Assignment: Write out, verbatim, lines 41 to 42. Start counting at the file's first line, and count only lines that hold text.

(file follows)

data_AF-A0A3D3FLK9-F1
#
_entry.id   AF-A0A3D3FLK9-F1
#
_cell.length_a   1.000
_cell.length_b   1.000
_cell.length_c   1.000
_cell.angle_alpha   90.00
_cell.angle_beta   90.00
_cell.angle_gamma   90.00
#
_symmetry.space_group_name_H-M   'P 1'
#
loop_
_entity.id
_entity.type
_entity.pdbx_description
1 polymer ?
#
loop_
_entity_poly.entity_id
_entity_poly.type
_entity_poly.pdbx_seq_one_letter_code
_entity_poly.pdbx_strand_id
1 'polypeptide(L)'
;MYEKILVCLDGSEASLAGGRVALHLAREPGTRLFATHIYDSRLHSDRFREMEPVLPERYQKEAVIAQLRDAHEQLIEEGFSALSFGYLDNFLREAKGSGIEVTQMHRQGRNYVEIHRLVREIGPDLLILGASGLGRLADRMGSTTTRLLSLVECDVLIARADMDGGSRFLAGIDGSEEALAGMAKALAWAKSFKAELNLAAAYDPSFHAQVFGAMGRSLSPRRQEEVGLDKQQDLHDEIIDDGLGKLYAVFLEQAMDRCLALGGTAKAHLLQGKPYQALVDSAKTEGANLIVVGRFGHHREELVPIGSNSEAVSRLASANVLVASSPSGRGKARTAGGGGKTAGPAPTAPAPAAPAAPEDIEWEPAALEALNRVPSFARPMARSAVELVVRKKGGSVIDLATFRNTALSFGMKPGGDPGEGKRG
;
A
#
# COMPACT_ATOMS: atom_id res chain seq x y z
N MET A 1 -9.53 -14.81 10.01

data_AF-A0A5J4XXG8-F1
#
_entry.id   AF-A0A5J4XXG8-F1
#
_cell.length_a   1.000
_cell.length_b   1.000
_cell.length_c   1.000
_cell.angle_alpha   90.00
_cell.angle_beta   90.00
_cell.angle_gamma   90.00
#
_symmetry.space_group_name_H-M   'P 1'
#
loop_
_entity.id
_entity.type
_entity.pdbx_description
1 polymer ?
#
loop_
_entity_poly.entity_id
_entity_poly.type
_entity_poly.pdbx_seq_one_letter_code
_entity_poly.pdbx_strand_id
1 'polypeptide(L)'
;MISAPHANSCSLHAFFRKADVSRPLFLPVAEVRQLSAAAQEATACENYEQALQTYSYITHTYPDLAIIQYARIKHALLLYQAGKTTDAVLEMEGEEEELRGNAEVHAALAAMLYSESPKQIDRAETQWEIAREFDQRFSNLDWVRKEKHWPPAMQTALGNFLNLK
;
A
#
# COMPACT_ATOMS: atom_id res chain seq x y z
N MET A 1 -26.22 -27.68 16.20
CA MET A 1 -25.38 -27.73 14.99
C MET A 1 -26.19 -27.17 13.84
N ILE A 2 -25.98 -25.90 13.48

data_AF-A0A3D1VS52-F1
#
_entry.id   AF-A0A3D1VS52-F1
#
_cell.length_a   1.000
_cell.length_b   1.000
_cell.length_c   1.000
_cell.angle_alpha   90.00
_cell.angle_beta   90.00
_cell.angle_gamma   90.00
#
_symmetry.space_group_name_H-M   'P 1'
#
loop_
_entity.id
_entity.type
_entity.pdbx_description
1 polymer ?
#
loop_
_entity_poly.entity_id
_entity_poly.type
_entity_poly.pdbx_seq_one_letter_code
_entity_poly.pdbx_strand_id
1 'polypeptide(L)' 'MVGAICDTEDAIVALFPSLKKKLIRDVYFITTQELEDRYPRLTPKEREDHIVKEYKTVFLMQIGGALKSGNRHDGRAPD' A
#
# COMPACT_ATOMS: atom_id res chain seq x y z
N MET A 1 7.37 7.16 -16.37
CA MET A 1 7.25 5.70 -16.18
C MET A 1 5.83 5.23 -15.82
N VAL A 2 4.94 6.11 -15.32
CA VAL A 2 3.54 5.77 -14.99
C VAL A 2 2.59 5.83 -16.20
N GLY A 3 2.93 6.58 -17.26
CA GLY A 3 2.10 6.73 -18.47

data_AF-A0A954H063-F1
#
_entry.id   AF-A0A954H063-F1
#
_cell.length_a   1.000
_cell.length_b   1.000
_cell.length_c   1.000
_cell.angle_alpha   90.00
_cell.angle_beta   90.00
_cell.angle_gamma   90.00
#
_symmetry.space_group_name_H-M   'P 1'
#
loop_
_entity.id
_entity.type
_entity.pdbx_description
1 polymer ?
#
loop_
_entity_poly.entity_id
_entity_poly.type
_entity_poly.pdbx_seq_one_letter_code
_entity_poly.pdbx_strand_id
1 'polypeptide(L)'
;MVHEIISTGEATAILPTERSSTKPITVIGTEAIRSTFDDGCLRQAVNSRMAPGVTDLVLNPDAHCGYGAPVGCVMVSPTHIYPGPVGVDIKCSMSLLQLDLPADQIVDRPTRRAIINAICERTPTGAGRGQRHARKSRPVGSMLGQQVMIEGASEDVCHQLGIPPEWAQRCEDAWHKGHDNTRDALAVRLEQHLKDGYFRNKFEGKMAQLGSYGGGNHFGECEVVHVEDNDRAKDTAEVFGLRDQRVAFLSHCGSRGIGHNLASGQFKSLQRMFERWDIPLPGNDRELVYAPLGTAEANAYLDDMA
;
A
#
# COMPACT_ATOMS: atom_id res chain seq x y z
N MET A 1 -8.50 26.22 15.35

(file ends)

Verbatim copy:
_cell.angle_gamma   90.00
#